The seventh plague is the plague of hail. This is the first plague in the third cycle. Again, Moses rises up early in the morning (cf. 7:15 in the first, and 8:20 in the fourth). In the third cycle of plagues, the ante is up. Death makes its first appearance with this plague. Notice that the Lord tips His hand. He tells Pharaoh exactly why He is doing all this (9:16, quoted in Romans 9:17). What is remarkable here in this plague, however, is that the Lord provides a way of escape in verse 19. Those who wished could escape this judgment. We read of many people in the actual exodus going with the Israelites. They were not Israelites, but went up with them (see 12:37-38). So, even now, the strand of Egypt’s redemption has started, and will end with Egypt being God’s people (Is 19:19-25, noted by Ryken, p. 283), when Jesus the Messiah comes to save His people from their sins.

Pharaoh does not really repent. He says “this time,” but what about all the other times he has sinned? He should have confessed his sin directly to God, and begged forgiveness.

The message is dire for us today, since a greater plague awaits those who will not trust in the way of escape, Jesus Christ. See this plague described in Revelation 16:17-21. Only this time, the hail will be far more severe than the Egyptian plague, the hailstones being about 100 pounds each. And God will offer no chance of escape this time, either. There wilol not be two possible reactions of getting out from under God’s judgment versus undergoing God’s judgment. There will only be the hardness of heart that curses God because of the plague. Repent and believe in the Lord Jesus Christ!

The pictures above are of Tefnut, the goddess of moisture, and Shu, the supporter of the heavens, both of which gods were utterly defeated by the Lord God of Israel.

The Seven-Year Itch

Exodus 9:8-12

The sixth plague concludes the second set of three plagues. As in plague 3, there is not interview with Pharaoh, no rising up early in the morning. Instead, God just tells Moses to do something, and it is done.

This plague has loads of poetic justice. The soot comes from a kiln, one used to make bricks. Moses almost certainly took soot from a kiln that the Israelite slaves had used to make bricks for the Egyptians. As John Currid says, “The furnace, then, was a symbol of the oppression of the Hebrews, the sweat and tears they were shedding to make bricks for the Egyptians. Thus the very soot made by the enslaved people was now to inflict punishment on their oppressors” (p. 196).

In addition, throwing soot into the air was something that Egyptians priests used to do (Ryken, p. 273). They did it to signify blessing. God turned it into a curse. As Ryken says, “God was making Israel’s curse a blessing and was turning Egypt’s blessing into a curse” (p. 273).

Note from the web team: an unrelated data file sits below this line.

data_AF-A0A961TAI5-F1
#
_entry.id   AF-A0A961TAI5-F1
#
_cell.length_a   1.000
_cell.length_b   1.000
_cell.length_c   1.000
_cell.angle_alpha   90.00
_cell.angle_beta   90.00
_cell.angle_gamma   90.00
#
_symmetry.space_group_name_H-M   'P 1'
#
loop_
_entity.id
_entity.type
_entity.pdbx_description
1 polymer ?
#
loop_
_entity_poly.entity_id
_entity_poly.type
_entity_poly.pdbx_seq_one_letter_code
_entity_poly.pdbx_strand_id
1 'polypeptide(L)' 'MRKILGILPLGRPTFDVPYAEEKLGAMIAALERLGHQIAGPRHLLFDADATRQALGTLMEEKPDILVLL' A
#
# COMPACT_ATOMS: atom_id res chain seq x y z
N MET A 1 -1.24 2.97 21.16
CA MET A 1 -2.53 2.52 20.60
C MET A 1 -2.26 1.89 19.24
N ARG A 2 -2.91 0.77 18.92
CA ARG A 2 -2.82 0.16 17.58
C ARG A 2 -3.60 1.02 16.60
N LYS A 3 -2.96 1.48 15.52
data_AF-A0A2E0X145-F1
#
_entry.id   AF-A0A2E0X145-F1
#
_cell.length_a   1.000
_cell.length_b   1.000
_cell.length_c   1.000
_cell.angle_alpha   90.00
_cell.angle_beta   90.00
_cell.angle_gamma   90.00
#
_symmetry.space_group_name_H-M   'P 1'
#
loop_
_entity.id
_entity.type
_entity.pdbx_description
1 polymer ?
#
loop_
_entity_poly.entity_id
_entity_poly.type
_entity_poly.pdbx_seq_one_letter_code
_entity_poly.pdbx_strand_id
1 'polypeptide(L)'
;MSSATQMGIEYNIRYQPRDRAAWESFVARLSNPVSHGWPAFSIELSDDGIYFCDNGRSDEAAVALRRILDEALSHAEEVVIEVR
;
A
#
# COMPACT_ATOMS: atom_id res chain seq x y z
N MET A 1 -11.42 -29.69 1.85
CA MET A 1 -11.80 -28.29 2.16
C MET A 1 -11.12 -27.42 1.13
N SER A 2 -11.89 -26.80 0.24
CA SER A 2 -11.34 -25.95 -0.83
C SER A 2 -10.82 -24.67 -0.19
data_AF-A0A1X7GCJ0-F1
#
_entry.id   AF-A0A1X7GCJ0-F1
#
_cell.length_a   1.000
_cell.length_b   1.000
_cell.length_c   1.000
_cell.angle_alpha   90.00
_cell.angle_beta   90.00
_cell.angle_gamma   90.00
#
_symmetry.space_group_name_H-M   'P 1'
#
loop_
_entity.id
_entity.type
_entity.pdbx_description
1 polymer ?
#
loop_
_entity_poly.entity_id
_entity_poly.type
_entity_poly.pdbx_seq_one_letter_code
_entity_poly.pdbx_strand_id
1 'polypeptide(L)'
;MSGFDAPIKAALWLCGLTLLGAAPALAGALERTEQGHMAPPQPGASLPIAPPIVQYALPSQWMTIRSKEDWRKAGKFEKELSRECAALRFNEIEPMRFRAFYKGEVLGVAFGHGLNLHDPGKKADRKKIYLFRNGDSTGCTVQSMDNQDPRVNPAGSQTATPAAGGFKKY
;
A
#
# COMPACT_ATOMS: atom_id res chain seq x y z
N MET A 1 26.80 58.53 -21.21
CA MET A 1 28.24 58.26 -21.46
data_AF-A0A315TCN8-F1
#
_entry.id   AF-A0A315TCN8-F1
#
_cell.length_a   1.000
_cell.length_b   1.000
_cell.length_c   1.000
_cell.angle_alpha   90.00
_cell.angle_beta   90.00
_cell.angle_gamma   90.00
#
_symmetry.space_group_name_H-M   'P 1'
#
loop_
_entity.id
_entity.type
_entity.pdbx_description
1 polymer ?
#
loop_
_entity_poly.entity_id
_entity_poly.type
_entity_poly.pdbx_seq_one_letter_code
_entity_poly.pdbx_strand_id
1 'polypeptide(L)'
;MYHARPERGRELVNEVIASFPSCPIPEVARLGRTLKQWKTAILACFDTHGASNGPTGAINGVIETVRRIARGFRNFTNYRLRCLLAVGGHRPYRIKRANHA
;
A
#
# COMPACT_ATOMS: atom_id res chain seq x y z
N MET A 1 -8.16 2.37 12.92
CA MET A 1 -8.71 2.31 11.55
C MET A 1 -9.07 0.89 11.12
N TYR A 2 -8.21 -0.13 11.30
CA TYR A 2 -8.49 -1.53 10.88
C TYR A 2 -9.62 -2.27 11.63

There were several gods against which this plague was directed. Amon Re (a creator god) was a god who was supposed to heal diseases. Thoth was a god of healing arts. Imhotep was the god medicine. “But the most common deity for dealing with disease was Sekhmet, whose priests formed one of the oldest medical fraternities in antiquity” (Ryken, p. 272, quoting Currid).

Ah, the poor, foolish magicians! Not only were they impotent when it came to dealing with the plague; they could not even protect themselves!

Many scholars say that the boils were a form of anthrax. Whatever they were, they were impure. In fact, such illness was usually seen as demon-possession by the Egyptians of that time. That was a distressing to them as the physical pain.

And notice that although many passages in Exodus say that Pharaoh hardened his own heart, it is also true to say that God hardened Pharaoh’s heart. There is always mystery when it comes to the intersection of divine sovereignty and human responsibility. But at the least, we can say that Pharaoh’s self-hardening was part of God’s plan in such a way that it can also be said that God hardened Pharaoh’s heart.

So, in our day, do we worship medicine? You bet we do. But as Ryken notes, Jesus Christ alone is Lord of the (B)body (p. 272).

Mad Cow Disease, Egyptian Style

Exodus 9:1-7

In the fifth plague, God strikes the livestock of Egypt. However, as Numbers 33:4 tells us, God was also striking at the Egyptian gods. There were many gods and goddesses represented by various forms of livestock. Foremmost among them is Apis (pictured here), a bull-god who represented vitality and life (Currid, pg. 192). Currid also lists Buchis, Mneuis, Isis, Hathor, and even Ptah and Ra as gods and goddesses which were occasionaly, or even normally represented by various forms of livestock. It comes as no surprise then, when the Israelites first go astray in the wilderness, that their idolatry takes the form of a golden calf (Ryken, pg. 263). They were doing what they already knew: and Egyptian solution to their problems. Ryken also notes that Apis represented sexual prowess, and Hathor (a goddess) represented female glamor (pg. 264). We worship these same gods and goddesses today in our sex-crazed culture. They are empty of meaning, since they divorce sex from God and from relationship, and from its proper place in marriage.